People are Mad and are going to do something about it

And speaking of possible legal challenges, while all of the presenters were very professional, very cordial, ostensibly courteous and complimentary to the FDA panel members on the dais, I sensed that quite a few, many in fact, were pretty upset by what the FDA is trying to do with the draft guidance documents.

So here is my prediction/wish/what I hope to make happen.  There won’t be one lawsuit filed if the draft guidelines go into effect. There will many lawsuits. I don’t think these folks are going to go quietly. My sense is that the big players, sophisticated players, like Rubin, the fellow who started a society and has 5800 members, the guy with dozens of clinics, they have seen too many good results to give up their most effective tools. All these guys either run or are closely connected to prestigious professional societies and  I predict that many of them are going to try to stop these guidance documents, in court or in Congress.

I hope for everyone’s sake the FDA really listened today, because people are mad as hell and they’re not going to take it. They want better and quicker access to this new technology, and my hope is they will get it.

Rick Jaffe, Esq.

www.rickjaffe.com

 

 

 

More on The FDA’s Stem Cell Public “Workshop”: Stem Cell Clinical Trials aren’t the Answer for Everyone

More on The FDA’s Stem Cell Public “Workshop”: Stem Cell Clinical Trials aren’t the Answer for Everyone

Not unexpectedly, the organizing theme of the FDA’s Stem Cell workshop  was that patients should only be able to receive their own stem cells for non-homologous use in FDA approved clinical trials until FDA marketing approval (i.e., until a New Drug Application is granted for some non-homologous use).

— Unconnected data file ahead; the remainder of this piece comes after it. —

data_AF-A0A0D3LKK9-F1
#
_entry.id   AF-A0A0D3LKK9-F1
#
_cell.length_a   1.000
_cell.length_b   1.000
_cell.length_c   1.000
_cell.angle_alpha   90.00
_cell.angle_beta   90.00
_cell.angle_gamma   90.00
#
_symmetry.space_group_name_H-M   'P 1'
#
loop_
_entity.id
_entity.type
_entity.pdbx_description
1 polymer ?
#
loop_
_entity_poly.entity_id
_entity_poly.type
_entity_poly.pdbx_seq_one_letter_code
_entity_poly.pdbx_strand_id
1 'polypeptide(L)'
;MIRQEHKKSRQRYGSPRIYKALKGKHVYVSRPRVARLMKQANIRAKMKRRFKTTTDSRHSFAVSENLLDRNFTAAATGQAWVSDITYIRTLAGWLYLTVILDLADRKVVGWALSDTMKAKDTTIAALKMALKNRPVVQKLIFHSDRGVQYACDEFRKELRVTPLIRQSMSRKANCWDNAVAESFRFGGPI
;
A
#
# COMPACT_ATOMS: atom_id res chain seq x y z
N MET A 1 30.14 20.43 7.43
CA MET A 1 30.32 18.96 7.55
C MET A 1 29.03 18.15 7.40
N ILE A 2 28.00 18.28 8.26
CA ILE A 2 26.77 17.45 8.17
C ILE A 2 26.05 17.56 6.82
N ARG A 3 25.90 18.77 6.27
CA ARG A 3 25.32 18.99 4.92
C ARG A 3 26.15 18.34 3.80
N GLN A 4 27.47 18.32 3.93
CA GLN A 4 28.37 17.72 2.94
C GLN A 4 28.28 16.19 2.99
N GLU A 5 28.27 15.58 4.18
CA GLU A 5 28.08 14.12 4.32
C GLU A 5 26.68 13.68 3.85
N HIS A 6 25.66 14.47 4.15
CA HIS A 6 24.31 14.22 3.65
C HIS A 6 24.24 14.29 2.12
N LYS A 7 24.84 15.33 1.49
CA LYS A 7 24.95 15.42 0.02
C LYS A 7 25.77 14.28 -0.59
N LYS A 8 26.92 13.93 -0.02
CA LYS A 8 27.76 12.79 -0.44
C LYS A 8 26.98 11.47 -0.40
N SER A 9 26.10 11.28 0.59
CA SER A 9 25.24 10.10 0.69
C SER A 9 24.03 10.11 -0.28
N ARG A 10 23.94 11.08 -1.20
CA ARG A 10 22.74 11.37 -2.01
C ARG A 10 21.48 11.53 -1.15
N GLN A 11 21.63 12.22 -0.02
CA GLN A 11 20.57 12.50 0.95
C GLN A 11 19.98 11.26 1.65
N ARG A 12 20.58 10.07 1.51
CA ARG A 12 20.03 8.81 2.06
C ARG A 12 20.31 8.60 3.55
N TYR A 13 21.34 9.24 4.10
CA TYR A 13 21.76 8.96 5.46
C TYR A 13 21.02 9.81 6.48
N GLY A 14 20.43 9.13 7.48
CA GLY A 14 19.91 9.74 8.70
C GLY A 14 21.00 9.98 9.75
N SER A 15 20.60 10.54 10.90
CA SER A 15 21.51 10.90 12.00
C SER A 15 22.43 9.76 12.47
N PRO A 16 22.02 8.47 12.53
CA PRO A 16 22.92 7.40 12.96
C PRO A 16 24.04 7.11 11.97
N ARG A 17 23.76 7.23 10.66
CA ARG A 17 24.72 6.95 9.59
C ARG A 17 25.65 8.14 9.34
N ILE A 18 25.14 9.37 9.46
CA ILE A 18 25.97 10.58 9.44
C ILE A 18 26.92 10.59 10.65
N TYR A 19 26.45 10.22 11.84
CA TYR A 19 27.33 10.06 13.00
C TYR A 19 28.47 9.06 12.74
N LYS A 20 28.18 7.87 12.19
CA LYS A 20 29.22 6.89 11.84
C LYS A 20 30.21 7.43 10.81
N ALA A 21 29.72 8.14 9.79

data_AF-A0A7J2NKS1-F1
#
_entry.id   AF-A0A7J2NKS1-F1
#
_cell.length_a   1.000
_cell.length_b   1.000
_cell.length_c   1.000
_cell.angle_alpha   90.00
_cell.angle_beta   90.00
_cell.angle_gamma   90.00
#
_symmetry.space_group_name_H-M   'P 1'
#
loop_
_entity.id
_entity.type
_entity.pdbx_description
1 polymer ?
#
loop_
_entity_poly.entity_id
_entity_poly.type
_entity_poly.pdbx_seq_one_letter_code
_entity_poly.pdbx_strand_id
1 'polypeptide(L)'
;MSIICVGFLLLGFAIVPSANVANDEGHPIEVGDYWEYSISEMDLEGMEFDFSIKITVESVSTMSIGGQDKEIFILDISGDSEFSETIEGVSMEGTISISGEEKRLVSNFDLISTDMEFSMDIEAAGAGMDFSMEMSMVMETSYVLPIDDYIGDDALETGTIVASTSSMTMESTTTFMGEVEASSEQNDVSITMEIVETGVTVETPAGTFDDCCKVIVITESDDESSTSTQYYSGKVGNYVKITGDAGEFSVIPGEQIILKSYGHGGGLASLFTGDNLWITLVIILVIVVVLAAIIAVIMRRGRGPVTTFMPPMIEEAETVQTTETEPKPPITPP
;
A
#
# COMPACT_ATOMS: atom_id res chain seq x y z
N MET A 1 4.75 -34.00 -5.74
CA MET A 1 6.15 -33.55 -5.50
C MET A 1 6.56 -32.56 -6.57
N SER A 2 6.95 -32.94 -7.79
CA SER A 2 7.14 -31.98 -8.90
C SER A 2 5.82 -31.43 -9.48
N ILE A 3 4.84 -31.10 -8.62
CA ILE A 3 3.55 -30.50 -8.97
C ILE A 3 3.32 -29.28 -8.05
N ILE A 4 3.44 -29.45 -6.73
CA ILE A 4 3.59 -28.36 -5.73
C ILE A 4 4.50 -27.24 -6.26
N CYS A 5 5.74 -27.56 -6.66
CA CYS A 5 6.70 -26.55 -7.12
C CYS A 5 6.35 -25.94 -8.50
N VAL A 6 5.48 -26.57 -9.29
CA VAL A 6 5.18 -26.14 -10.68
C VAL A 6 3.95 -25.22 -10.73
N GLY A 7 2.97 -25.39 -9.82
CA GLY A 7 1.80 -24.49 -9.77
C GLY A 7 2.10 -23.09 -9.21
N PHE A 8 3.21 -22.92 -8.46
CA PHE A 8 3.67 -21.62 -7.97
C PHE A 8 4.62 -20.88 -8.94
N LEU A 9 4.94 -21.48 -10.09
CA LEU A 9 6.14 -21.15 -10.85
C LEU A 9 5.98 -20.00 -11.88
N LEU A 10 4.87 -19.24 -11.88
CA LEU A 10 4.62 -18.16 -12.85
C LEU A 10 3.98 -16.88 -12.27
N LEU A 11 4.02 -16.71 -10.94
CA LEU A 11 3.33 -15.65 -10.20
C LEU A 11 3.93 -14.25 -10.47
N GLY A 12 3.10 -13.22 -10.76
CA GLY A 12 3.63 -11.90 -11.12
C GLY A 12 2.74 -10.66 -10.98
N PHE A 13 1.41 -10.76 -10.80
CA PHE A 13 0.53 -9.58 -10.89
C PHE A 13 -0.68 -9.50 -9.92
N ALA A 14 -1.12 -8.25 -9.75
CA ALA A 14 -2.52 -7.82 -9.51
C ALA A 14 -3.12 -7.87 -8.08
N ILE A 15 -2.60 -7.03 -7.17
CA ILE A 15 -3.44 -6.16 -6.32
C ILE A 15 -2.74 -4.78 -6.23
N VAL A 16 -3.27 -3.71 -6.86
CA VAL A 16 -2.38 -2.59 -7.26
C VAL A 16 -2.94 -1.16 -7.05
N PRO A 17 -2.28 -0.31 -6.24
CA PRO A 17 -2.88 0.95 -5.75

I’ve been involved in legal/policy issues relating to clinical trials for a long time. I understand that clinical trials is the standard of care for patients when FDA approved treatments (on or off-label) are not available for whatever reason.  Still, I’m here to tell you that from the perspective of patients with life-threatening/incurable diseases, clinical trials aren’t always the best answer for them. Here is why I think so.

  1. The Purpose of Clinical Studies is to Test Drugs, not to cure patients

 

The fundamental and indeed the stated purpose of a clinical trial is to test the safety and efficacy of a therapeutic intervention, not to cure a specific patient of a specific medical condition.

One of the presenters mentioned some empirical data indicating that there is a disconnect between this purpose and the patients’ understanding of the meaning and purpose of clinical studies. My take-away from what he was saying was that many people mistakenly believe that the primary purpose of a clinical trial is to get the patient better. That misunderstanding is consistent with my experience over the course of several decades interacting with patients on clinical trials.

That the purpose of clinical trials is to test interventions, not to cure patients has specific practical consequences for patients which sometimes mean that patients do not get optimal care for the good of the study.

 

  1. Some Phase 1 study patients may not get enough of the drug/intervention

In phase 1 or toxicity studies, patients are specifically told that the purpose of their participation is to study a drug’s toxicity, not to test the efficacy of the drug, and while the investigators hope the patient will obtain some benefit, that is not the goal of the patient’s receiving the drug.

Early patients in some phase 1 studies receive relatively low doses of the drug, based on what the investigators believe to be the therapeutic dose. Doses often get escalated in later subjects in a phase 1 study. I believe this is common in toxicity studies. It’s kind of like you shouldn’t buy a car that was made right before a holiday weekend or on a Monday. Sometimes, it’s not ideal to be one of the first study participants in a phase 1 study, because you may not get what the investigators expect to be an therapeutic dose.